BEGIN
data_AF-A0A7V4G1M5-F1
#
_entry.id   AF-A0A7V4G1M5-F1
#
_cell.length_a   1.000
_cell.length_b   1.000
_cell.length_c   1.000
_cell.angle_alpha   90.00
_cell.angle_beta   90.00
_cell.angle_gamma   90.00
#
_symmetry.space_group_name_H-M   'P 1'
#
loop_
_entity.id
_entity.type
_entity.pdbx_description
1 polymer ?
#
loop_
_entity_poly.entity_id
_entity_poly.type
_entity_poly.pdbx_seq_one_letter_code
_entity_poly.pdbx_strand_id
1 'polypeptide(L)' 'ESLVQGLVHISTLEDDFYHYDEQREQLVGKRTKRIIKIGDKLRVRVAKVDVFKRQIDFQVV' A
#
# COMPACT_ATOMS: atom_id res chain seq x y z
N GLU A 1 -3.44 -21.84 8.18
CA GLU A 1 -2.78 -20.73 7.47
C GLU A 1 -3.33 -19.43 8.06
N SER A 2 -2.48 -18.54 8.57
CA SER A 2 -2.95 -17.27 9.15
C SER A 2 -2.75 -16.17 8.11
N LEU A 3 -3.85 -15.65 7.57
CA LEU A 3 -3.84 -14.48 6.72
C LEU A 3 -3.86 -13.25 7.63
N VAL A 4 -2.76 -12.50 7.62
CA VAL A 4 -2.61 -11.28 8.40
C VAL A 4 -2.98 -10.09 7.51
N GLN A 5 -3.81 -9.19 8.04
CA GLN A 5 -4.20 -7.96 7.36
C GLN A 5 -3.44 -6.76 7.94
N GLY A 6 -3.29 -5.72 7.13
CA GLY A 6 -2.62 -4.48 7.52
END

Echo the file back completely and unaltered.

data_AF-A0A7V4G1M5-F1
#
_entry.id   AF-A0A7V4G1M5-F1
#
_cell.length_a   1.000
_cell.length_b   1.000
_cell.length_c   1.000
_cell.angle_alpha   90.00
_cell.angle_beta   90.00
_cell.angle_gamma   90.00
#
_symmetry.space_group_name_H-M   'P 1'
#
loop_
_entity.id
_entity.type
_entity.pdbx_description
1 polymer ?
#
loop_
_entity_poly.entity_id
_entity_poly.type
_entity_poly.pdbx_seq_one_letter_code
_entity_poly.pdbx_strand_id
1 'polypeptide(L)' 'ESLVQGLVHISTLEDDFYHYDEQREQLVGKRTKRIIKIGDKLRVRVAKVDVFKRQIDFQVV' A
#
# COMPACT_ATOMS: atom_id res chain seq x y z
N GLU A 1 -3.44 -21.84 8.18
CA GLU A 1 -2.78 -20.73 7.47
C GLU A 1 -3.33 -19.43 8.06
N SER A 2 -2.48 -18.54 8.57
CA SER A 2 -2.95 -17.27 9.15
C SER A 2 -2.75 -16.17 8.11
N LEU A 3 -3.85 -15.65 7.57
CA LEU A 3 -3.84 -14.48 6.72
C LEU A 3 -3.86 -13.25 7.63
N VAL A 4 -2.76 -12.50 7.62
CA VAL A 4 -2.61 -11.28 8.40
C VAL A 4 -2.98 -10.09 7.51
N GLN A 5 -3.81 -9.19 8.04
CA GLN A 5 -4.20 -7.96 7.36
C GLN A 5 -3.44 -6.76 7.94
N GLY A 6 -3.29 -5.72 7.13
CA GLY A 6 -2.62 -4.48 7.52